Last Thursday, I went in for gallbladder surgery. Nine hours later, after a tough time in recovery, I went home to my parents’ house where I’ve spent the past week taking naps, watching movies, and acting as an architect for Sims 3, thanks to the awesome generosity of one of my brothers.
On Friday, the day after the operation, my mom asked me how I was feeling. I kind of paused and evaluated myself — then, for the first time in two and a half months, I genuinely smiled. I felt great. The only pain I was feeling was from the surgery; the pain and the fog that had persisted, that had drained me of any semblance of myself, was gone.
My mom began to cry with relief; all I could do was hug her, knowing everything my family had gone through with me…
Today, I received a call from the surgeon’s office. When the gallbladder was removed, the surgeon had said that everything looked fine on the outside, so he sent it to pathology to have a look inside. It turns out it had been inflamed; despite scans, x-rays, ultra-sounds, and every other GI test available indicating otherwise, I ended up having what’s called Chronic Cholecystitis.
This was my relief; this was my turn to cry.
Every doctor insisted that there was nothing wrong with me, but still I persisted, knowing my body, knowing me. I was in constant pain, I had to take time off from work and eventually go on short-term disability; I had no social life, I could barely function. There was no way that this was nothing; there was no way I could accept that this was my life from now on — one without smiles, one without teasing and laughter. That’s not a life.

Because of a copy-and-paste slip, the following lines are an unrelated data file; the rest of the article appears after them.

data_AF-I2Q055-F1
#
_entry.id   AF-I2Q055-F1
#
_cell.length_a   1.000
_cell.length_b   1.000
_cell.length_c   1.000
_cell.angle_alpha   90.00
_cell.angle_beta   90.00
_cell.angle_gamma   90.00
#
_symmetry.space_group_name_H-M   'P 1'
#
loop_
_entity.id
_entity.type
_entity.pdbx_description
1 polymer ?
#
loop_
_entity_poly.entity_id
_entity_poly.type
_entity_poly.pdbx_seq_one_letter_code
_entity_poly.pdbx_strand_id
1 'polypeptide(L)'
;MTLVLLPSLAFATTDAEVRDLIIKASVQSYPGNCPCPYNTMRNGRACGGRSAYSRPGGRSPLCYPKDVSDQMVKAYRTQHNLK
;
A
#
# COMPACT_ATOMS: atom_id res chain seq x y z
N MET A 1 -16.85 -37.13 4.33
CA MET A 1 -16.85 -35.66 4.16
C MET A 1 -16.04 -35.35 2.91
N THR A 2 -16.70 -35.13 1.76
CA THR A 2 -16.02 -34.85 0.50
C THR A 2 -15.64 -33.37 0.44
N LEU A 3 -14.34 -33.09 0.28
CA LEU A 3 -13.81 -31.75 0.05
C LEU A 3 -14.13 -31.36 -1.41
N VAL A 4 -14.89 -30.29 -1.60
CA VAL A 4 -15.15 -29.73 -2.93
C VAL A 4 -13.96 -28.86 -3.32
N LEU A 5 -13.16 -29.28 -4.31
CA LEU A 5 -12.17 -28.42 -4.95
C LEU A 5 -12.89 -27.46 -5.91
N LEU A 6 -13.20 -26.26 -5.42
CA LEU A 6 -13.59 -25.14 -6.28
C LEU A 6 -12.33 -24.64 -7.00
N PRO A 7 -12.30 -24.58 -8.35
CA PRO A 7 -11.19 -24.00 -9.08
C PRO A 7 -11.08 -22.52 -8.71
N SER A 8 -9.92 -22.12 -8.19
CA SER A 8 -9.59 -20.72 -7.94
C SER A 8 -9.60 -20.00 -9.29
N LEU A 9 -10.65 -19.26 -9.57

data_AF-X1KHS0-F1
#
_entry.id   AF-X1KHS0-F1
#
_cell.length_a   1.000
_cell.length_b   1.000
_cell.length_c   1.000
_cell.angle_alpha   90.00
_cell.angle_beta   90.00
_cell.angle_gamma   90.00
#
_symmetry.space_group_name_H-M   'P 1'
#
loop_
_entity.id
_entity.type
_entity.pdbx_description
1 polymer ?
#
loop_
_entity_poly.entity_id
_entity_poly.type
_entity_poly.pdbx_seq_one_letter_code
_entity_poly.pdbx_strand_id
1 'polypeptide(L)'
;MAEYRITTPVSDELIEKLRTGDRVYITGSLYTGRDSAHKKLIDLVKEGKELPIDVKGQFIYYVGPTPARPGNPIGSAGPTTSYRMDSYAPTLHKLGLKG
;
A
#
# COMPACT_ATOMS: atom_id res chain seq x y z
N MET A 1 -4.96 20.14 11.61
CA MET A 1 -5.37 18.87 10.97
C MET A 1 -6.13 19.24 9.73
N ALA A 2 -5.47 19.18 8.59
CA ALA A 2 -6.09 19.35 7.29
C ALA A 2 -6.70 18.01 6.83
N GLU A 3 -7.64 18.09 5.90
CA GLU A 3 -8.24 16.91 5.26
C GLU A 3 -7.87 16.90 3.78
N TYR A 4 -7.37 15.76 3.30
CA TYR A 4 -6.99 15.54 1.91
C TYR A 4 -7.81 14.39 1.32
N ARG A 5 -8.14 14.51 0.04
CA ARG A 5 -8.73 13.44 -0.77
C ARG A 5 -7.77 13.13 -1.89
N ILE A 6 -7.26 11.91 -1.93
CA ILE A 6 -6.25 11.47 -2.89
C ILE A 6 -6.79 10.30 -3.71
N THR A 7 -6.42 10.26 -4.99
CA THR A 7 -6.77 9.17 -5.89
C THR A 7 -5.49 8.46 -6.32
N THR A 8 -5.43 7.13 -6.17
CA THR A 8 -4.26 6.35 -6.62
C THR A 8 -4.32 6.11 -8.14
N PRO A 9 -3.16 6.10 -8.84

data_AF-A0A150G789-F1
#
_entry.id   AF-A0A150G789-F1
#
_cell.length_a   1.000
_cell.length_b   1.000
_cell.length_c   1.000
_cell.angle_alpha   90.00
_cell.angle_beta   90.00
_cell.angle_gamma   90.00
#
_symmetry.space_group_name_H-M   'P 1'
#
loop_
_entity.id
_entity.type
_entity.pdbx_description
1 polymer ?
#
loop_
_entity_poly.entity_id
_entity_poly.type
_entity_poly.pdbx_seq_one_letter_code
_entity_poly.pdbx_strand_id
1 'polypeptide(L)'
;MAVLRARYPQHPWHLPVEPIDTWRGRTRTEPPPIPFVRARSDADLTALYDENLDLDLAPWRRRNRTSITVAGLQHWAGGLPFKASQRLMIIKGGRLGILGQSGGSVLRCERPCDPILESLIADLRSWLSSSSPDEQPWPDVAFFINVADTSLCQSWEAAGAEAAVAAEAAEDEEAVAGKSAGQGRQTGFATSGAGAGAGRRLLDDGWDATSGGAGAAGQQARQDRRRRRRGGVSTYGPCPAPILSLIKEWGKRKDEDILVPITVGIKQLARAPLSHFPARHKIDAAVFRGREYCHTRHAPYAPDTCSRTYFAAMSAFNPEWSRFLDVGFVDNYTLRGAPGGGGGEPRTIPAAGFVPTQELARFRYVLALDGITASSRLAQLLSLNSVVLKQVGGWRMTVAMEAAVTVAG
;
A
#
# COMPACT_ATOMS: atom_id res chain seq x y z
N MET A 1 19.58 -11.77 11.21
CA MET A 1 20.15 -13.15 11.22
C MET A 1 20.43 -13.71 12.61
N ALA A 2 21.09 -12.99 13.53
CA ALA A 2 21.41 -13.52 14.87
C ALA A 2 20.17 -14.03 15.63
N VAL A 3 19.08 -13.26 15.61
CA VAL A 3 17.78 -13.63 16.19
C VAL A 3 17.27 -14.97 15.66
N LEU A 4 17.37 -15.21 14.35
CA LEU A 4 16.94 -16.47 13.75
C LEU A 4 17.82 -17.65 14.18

That’s not my life.
So I did my own research — research that ironically kept pointing to this same gallbladder disease — and went to three doctors, including a specialist; I spent long days and nights in four separate ERs five different times before someone finally suggested the tests could be inaccurate or just not showing a possible non-functioning organ, before my family doctor really sat down to go through my records and consult with another doctor, before they concluded that despite the tests, all signs indicated that something was happening with the gallbladder.
Before they pointed me in the direction of a surgeon.
Before that surgery was finally scheduled.
I can’t believe what a difference it has made. I can’t believe that I’m smiling and laughing and joking around with family and friends again. I can’t believe that I can have my life back again.
I’m just…I have no words.
And since I’ve been trying to find the words for a proper written update for a week but have failed miserably, I made a video:
Ok, so maybe the video is also to counter this picture that my dad so kindly took when I was in pre-op.